When doing your research, take note that the number of channels isn’t equal to the number of inputs.
The “Aux out” (or “auxiliary output”) allows you to listen to your audio mixer's “raw” output. It’s there to help you monitor how everything sounds
An Aux out is also very useful for troubleshooting technical problems. For instance, if a microphone isn’t working properly, you can check if it’s disconnected from the mixer or if the mixer’s receiving the right signal and the problem comes from elsewhere.
It’s highly uncommon for an audio mixer not to have an auxiliary output. But, if you’re looking to buy your first mixer, it’s worth mentioning it as a must-have.
Generally, lower-priced mixers have knobs everywhere. In contrast, more expensive ones will offer you more faders to work with. Now, how do they compare?
Knobs are good for adjustments that aren't likely to change during a recording, like:
On the other hand, faders look like sliders and give you finer control over your recordings.
Nevertheless, knobs can also do a good job, but if you're willing to spend more, faders are a better option.
The 5 Best Podcasting Mixers
Now that we've covered the basics, let’s take a look at our 5 favorite podcasting mixers for beginners.
- Mackie ProFX12v3
- Yamaha AG06
- Behringer Flow8
- Rode's RODEcaster Pro
- TX-6 by Teenage Engineering
Let’s dive in.
TX-6 by Teenage Engineering
The TX-6 is a portable, hand-held mixer designed and manufactured by award-winning company Teenage Engineering. It’s a small powerhouse, but it may not be the most cost-efficient option for you.
The TX-6 is ideal for traveling podcasters who have very little space to store/assemble their set-up.
- Lightweight (160 grams)
- 6 channels with 3 parameter knobs each
- USB-C port (adapter included)
- 6.35 & 3.5mm jack adapters, allowing you to connect the mixer to your smartphone
- 8 hours of battery life
- DJ Mode with incorporated cross-faders
- 8 built-in effects
- Aux out included
The TX-6 retails at $1,200.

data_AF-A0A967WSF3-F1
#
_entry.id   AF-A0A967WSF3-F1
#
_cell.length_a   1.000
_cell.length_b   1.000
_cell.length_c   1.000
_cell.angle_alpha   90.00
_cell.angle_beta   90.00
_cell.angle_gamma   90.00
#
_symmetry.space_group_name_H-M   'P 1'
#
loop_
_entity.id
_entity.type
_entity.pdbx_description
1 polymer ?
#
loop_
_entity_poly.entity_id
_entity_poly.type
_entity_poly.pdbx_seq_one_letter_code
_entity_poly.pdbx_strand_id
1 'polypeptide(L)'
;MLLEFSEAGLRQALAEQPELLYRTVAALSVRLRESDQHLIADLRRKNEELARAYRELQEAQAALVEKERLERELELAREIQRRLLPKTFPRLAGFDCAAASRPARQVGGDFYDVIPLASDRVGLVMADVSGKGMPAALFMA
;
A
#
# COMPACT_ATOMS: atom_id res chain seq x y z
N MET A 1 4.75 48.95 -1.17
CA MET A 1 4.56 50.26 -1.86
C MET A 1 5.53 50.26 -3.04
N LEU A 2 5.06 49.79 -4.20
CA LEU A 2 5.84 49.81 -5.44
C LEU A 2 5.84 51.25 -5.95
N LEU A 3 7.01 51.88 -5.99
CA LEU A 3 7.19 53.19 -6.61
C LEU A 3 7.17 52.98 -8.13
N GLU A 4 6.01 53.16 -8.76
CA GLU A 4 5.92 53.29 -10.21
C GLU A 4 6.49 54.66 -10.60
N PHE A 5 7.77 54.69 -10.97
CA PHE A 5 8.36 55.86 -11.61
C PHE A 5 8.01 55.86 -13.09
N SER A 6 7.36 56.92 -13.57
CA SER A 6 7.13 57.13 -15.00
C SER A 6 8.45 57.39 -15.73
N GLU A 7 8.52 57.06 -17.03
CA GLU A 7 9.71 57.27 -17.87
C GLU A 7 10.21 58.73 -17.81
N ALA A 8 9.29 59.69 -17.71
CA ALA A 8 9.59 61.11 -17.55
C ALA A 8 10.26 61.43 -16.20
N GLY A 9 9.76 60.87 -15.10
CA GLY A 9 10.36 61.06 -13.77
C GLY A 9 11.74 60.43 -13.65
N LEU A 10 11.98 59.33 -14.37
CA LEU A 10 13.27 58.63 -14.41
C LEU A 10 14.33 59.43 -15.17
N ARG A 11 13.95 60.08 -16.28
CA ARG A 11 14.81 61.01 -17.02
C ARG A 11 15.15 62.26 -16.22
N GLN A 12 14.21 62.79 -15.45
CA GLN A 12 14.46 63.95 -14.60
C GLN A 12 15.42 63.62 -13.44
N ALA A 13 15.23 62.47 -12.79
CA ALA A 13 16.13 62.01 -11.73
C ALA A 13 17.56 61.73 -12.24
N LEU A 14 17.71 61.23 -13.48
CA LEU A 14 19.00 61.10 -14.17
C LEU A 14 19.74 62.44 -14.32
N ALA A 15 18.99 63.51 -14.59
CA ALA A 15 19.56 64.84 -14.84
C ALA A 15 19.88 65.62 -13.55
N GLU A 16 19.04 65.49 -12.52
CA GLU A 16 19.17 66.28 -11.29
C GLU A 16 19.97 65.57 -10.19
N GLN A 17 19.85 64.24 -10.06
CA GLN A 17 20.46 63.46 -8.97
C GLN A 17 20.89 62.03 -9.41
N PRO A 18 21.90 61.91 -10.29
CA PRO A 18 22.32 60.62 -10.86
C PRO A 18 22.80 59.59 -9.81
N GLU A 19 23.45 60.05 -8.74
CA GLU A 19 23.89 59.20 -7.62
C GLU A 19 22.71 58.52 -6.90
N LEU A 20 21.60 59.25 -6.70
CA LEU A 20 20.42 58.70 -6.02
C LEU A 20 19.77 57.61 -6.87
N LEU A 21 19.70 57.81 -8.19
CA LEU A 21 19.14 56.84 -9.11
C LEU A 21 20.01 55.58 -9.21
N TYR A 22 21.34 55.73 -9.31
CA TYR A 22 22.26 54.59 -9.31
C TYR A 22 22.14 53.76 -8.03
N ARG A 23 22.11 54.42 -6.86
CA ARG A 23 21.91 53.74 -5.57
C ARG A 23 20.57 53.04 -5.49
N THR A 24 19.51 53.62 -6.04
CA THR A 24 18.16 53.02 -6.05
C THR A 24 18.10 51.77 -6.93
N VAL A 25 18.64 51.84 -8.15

RØDE’s RØDECaster Pro is an outstanding option for both podcasting experts and newcomers. If you can only choose 2 pieces of equipment for your studio, we recommend this mixer and a high-quality microphone.
- 4 XLR microphone inputs
- Smartphone, USB, and Bluetooth™ channels
- 8 programmable sound pads (ideal for storing your intro music, pre-recorded ads, or sound bites)
- Live broadcasting features, such as previewing pre-recorded audio files (this is great if you receive audio notes from listeners) and communicating with callers on the line off-air (great if you receive calls and want to avoid the “can you hear me?” talk on air)
- USB connection and 3.5mm TRS jack, each with its own level-control fader, solo button, and mute button
- 512MB of internal storage, paired with a microSD™ card slot
- It’s sturdy, weighing approximately 1980 grams
The RØDEcaster Pro retails in the $500 range.
The Behringer Flow8 is an affordable and reliable option for beginners. It has a relatively quick learning curve, and it’s packed with features that make the experience of starting a podcast as smooth as possible.
- 8 channels
- 6 faders (channels 5&6 and 7&8 are combined)
- Automatic channel gain adjustment
- 48 volts of phantom power for channels 1&2
- You can control the mixer remotely through its Android/iOS App
The Behringer FLOW-8 retails in the $200 -$299 range.
The Yamaha AG06 is a reliable option for beginners. This micromixer may be more limited than other options. For instance, it won’t work for shows with more than 2 speakers. But it’s a good choice for those getting started on a small budget.
- 6 channels
- 2 microphone inputs
- 3 monitoring outputs
- Can be charged through USB
- Cubasis LE included
- 48 volts of phantom power
- iPad compatibility
The Yamaha AG06 retails in the $150-$250 range, making it one of the most affordable options on this list.
The MackieProFX12v3 is for pros. At first sight, it may be confusing and overwhelming for beginners. But those with the expertise (or the curiosity) to get beyond first impressions will find a sturdy and dependable mixer.
- Optimized for USB recording
- Available for 6, 10, 12, 22, and 30 channels
- Powered with 7 award-winning preamps
- Professional FX engine, with programmable presets
- 48 volts of phantom power
- Auxiliary output with independent volume control and no latency
- Waveform OEM (Mackie’s audio workstation software) included
The 6-channel Mackie ProFX12v3 starts at $189.99, while the 30-channel version usually retails in the $900 range.
In this post, we shared some key considerations you should have in mind before buying a podcasting audio mixer. We also shared 5 amazing options in the $150-$1200 price range.